The intent of this Position Statement is to confirm the role of registered professional nurses in the identification and care of organ and tissue donors and their families, as well as their role in public education and awareness.
Brain Death: Occurs when a person’s brain activity stops permanently. It is impossible to return to life after brain death (http://organdonor.gov/terms.htm).
Cardiac Death: Occurs when a person's heart stops and cannot be resuscitated. Just like brain death, there is no recovery from cardiac death (http://organdonor.gov/terms.htm).
Deceased Donor: A person who has been declared dead and whose organs and/or tissue have been donated to a transplant recipient (http://organdonor.gov/terms.htm).
First Person Consent Legislation: Legislation that allows donor designation to be indicated on a driver's license or an official signed donor document, which gives hospitals legal authority to proceed with organ procurement without consent from the family (http://www.unos.org/resources/glossary).
Informed Consent: The process of reaching an agreement based on a full disclosure and full understanding of what will take place. Informed consent has components of disclosure, comprehension, competence and voluntary response. Informed consent often refers to the process by which one makes decisions regarding medical procedures, including the decision to donate the organs of a loved one (http://organdonor.gov/terms.htm).
Living Donor: A person (unrelated or related to the transplant recipient) who donates a kidney or part of a lung or liver while they are still alive (http://organdonor.gov/terms.htm)
Transplantation: The transfer of cells (e.g. stem cells), tissue, or organs from one person to another or from one area of the body to another (http://organdonor.gov/terms.htm).
Waiting List (sometimes called a “wait list”): A national list that exists for all patients who are waiting for a transplant. It lists the total number of patients and the numbers of patients waiting for specific organs. It is used to locate the best recipient for a particular donated organ (http://organdonor.gov/terms.htm).
The New York State Nurses Association believes the registered professional nurse assumes an integral and valuable role in overcoming the shortage of suitable, viable organs and tissue for transplantation. Inherent in the role of clinician, educator and counselor, the registered nurse provides emotional support to the patient and significant others while facilitating the process of organ donation. In this role the registered professional nurse should:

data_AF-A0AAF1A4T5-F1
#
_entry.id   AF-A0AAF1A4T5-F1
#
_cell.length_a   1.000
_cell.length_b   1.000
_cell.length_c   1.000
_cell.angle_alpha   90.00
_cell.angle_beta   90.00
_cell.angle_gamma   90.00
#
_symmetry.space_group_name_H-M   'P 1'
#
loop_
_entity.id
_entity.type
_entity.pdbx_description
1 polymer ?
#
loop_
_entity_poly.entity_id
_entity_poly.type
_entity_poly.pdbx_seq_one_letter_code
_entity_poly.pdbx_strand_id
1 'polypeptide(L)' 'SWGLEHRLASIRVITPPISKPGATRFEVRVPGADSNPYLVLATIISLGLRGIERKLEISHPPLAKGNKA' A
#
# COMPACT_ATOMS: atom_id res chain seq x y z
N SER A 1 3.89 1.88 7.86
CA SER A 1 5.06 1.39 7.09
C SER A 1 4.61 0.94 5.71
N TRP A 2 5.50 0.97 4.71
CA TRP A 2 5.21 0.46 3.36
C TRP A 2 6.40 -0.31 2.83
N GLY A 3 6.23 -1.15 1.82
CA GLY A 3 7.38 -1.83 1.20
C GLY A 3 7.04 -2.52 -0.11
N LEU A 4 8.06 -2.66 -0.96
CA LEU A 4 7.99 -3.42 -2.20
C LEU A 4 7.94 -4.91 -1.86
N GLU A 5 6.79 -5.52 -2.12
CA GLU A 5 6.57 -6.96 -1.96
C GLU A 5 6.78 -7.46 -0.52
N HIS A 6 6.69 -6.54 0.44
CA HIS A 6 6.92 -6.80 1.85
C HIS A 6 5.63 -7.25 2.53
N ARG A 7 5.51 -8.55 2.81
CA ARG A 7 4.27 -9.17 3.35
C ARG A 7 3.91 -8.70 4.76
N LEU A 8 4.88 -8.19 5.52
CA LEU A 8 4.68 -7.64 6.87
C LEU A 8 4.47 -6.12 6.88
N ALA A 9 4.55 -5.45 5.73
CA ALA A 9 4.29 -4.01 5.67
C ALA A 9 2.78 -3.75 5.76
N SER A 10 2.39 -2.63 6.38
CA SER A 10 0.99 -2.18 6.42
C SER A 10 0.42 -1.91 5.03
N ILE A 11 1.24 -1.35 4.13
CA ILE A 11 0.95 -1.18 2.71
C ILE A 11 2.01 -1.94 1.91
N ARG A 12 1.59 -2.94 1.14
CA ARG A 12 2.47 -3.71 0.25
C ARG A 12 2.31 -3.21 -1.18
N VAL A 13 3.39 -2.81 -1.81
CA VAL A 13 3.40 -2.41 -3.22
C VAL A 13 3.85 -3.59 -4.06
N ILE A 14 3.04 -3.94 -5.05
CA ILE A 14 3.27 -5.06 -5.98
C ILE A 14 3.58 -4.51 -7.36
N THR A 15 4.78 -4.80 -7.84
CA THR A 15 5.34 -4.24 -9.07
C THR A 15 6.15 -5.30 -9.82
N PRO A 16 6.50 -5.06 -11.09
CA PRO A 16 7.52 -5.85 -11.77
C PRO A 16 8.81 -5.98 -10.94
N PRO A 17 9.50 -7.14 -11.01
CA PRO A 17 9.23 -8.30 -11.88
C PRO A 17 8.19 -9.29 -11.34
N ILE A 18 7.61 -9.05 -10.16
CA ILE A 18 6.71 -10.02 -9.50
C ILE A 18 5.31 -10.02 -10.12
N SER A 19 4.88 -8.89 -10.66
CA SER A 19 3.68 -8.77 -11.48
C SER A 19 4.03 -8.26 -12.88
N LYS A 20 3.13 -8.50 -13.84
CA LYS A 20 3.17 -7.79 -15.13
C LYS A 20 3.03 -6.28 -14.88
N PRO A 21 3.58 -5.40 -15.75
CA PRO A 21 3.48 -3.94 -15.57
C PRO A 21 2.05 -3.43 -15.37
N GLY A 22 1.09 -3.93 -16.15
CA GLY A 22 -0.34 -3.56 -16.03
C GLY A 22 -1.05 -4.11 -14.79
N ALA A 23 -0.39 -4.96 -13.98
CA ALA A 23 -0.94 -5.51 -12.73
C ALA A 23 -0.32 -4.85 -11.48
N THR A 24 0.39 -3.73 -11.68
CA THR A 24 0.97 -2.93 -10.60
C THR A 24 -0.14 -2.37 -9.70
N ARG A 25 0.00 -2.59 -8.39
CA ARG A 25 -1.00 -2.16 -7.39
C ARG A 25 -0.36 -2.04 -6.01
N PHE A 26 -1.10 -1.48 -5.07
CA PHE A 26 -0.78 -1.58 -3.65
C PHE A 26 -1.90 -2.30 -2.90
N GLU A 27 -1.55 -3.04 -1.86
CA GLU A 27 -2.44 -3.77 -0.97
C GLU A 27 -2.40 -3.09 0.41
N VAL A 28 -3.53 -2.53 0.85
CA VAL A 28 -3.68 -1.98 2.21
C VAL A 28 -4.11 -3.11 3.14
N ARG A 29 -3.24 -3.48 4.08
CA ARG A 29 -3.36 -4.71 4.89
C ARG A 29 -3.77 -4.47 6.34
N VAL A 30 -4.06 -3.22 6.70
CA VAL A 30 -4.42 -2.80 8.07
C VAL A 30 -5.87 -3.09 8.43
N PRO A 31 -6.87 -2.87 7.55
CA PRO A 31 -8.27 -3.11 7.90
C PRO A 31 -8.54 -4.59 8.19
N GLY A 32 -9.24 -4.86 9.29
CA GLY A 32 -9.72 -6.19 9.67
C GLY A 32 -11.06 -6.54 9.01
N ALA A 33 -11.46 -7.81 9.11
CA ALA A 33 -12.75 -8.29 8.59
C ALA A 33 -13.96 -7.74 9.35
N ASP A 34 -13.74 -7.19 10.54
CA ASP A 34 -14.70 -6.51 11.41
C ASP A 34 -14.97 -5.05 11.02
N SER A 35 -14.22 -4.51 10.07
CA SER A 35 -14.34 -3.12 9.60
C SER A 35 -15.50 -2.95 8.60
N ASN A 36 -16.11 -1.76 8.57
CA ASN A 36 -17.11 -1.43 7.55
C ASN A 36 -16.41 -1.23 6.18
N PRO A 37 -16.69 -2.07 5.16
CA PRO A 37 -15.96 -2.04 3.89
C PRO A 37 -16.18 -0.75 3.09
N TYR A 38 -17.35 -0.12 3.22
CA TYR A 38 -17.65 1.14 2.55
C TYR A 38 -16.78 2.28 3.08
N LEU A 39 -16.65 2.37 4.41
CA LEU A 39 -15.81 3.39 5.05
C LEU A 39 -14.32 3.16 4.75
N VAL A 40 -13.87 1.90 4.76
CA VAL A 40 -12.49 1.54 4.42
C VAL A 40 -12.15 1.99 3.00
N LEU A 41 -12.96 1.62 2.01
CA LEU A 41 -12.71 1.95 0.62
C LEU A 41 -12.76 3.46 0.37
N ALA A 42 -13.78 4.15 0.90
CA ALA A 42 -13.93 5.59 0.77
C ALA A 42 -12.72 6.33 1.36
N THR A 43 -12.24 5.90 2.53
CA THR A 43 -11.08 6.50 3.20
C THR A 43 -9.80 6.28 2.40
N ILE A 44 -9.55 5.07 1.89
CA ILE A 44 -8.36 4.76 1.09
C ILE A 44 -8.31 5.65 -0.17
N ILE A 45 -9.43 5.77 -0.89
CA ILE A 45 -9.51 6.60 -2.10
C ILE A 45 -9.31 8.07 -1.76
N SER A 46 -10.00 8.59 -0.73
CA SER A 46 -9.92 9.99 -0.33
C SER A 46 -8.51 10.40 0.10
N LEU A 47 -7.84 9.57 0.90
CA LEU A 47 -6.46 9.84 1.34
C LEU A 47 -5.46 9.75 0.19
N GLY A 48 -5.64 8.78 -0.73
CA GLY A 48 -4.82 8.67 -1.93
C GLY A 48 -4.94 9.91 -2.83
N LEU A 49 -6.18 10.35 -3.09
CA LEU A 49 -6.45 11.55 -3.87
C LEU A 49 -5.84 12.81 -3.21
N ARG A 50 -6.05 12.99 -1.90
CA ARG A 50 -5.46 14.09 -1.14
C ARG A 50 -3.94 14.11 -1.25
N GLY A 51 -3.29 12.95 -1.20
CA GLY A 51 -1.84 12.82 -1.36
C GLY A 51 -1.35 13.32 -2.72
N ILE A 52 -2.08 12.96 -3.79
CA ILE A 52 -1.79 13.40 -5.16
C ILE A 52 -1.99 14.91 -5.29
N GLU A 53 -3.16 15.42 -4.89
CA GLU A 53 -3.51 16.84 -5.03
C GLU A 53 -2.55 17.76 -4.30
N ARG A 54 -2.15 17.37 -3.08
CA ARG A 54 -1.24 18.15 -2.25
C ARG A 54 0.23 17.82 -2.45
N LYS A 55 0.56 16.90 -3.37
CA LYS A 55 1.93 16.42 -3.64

Transplantation of living human organs and tissue has become an increasingly significant life-altering and life-saving therapy for thousands of people in the last several decades. The supply and demand for organs and tissues continues to be disproportionate and the equitable distribution of this scarce resource remains an ethical issue. Yearly, there are more than 90,000 of candidates waiting for donors and transplantation on the national waiting list and a significant number are from New York (www.optn.org, 2010). Every day, individuals receive an organ transplant; however hundreds will die waiting because there are not enough organs available (www.organdonor.gov, 2010). Many patients wait years for a suitable organ. There are complex reasons for the shortage of organs which include barriers to organ donation. Barriers that continue to be examined and addressed though research, healthcare continuing education, public awareness and education programs include but are not limited to:
At the NYSNA Convention of 2000, the voting body forwarded a Resolution on Organ and Tissue Donation to the American Nurses Association (ANA) House of Delegates (2000 Voting Body Actions). Subsequently, an ANA House of Delegates (HOD) Action in 2001 recommended that these barriers be addressed with organ donation and transplantation organizations. The ANA HOD agreed that ANA should advocate for and promote a more collaborative relationship between professional nurses and organ procurement teams (ANA House of Delegates, 2001).
In 2006, a series of seven bills to encourage increase organ, eye and tissue donation were signed into law which included creation of the New York State Organ and Tissue Donor Registry (Registry) to record an individual’s own legal consent to organ, eye and tissue donation upon their death (New York Organ Donor Network, 2010).